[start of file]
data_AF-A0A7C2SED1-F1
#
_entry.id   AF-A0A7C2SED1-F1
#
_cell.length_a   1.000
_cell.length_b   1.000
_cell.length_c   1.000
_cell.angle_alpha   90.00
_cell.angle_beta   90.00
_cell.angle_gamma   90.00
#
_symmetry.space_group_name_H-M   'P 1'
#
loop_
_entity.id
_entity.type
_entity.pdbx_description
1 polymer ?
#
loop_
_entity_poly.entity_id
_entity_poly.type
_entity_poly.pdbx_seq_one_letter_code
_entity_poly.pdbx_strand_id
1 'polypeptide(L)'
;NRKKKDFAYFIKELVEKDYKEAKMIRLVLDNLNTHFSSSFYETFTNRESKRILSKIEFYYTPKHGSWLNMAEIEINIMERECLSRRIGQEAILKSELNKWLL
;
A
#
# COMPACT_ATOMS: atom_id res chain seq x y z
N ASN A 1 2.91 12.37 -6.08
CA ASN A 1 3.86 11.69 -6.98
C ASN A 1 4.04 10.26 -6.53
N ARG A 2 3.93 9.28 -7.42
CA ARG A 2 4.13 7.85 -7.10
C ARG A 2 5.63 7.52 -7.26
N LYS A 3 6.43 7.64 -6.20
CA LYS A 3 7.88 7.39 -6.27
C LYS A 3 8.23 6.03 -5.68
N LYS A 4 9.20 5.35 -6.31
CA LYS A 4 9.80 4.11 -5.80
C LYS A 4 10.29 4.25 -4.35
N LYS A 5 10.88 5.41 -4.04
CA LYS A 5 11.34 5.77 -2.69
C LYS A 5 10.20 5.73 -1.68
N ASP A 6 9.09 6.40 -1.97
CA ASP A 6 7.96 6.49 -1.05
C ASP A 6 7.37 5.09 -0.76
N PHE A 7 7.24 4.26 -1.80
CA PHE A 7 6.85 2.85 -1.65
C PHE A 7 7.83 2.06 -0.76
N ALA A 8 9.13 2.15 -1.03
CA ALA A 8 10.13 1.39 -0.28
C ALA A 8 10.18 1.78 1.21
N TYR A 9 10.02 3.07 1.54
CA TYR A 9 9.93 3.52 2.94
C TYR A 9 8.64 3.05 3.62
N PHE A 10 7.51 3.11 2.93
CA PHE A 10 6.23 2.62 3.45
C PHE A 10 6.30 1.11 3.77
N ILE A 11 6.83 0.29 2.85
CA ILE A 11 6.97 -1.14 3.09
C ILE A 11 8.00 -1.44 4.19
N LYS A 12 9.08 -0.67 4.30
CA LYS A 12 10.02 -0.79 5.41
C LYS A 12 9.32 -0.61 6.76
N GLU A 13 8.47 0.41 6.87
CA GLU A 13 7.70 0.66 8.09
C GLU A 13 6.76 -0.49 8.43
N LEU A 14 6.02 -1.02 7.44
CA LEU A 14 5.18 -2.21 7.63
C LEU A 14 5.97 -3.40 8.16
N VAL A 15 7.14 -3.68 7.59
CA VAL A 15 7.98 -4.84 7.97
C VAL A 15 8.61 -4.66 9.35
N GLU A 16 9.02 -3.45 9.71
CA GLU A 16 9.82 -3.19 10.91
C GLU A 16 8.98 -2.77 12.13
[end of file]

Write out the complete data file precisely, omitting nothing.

data_AF-A0A7C2SED1-F1
#
_entry.id   AF-A0A7C2SED1-F1
#
_cell.length_a   1.000
_cell.length_b   1.000
_cell.length_c   1.000
_cell.angle_alpha   90.00
_cell.angle_beta   90.00
_cell.angle_gamma   90.00
#
_symmetry.space_group_name_H-M   'P 1'
#
loop_
_entity.id
_entity.type
_entity.pdbx_description
1 polymer ?
#
loop_
_entity_poly.entity_id
_entity_poly.type
_entity_poly.pdbx_seq_one_letter_code
_entity_poly.pdbx_strand_id
1 'polypeptide(L)'
;NRKKKDFAYFIKELVEKDYKEAKMIRLVLDNLNTHFSSSFYETFTNRESKRILSKIEFYYTPKHGSWLNMAEIEINIMERECLSRRIGQEAILKSELNKWLL
;
A
#
# COMPACT_ATOMS: atom_id res chain seq x y z
N ASN A 1 2.91 12.37 -6.08
CA ASN A 1 3.86 11.69 -6.98
C ASN A 1 4.04 10.26 -6.53
N ARG A 2 3.93 9.28 -7.42
CA ARG A 2 4.13 7.85 -7.10
C ARG A 2 5.63 7.52 -7.26
N LYS A 3 6.43 7.64 -6.20
CA LYS A 3 7.88 7.39 -6.27
C LYS A 3 8.23 6.03 -5.68
N LYS A 4 9.20 5.35 -6.31
CA LYS A 4 9.80 4.11 -5.80
C LYS A 4 10.29 4.25 -4.35
N LYS A 5 10.88 5.41 -4.04
CA LYS A 5 11.34 5.77 -2.69
C LYS A 5 10.20 5.73 -1.68
N ASP A 6 9.09 6.40 -1.97
CA ASP A 6 7.96 6.49 -1.05
C ASP A 6 7.37 5.09 -0.76
N PHE A 7 7.24 4.26 -1.80
CA PHE A 7 6.85 2.85 -1.65
C PHE A 7 7.83 2.06 -0.76
N ALA A 8 9.13 2.15 -1.03
CA ALA A 8 10.13 1.39 -0.28
C ALA A 8 10.18 1.78 1.21
N TYR A 9 10.02 3.07 1.54
CA TYR A 9 9.93 3.52 2.94
C TYR A 9 8.64 3.05 3.62
N PHE A 10 7.51 3.11 2.93
CA PHE A 10 6.23 2.62 3.45
C PHE A 10 6.30 1.11 3.77
N ILE A 11 6.83 0.29 2.85
CA ILE A 11 6.97 -1.14 3.09
C ILE A 11 8.00 -1.44 4.19
N LYS A 12 9.08 -0.67 4.30
CA LYS A 12 10.02 -0.79 5.41
C LYS A 12 9.32 -0.61 6.76
N GLU A 13 8.47 0.41 6.87
CA GLU A 13 7.70 0.66 8.09
C GLU A 13 6.76 -0.49 8.43
N LEU A 14 6.02 -1.02 7.44
CA LEU A 14 5.18 -2.21 7.63
C LEU A 14 5.97 -3.40 8.16
N VAL A 15 7.14 -3.68 7.59
CA VAL A 15 7.98 -4.84 7.97
C VAL A 15 8.61 -4.66 9.35
N GLU A 16 9.02 -3.45 9.71
CA GLU A 16 9.82 -3.19 10.91
C GLU A 16 8.98 -2.77 12.13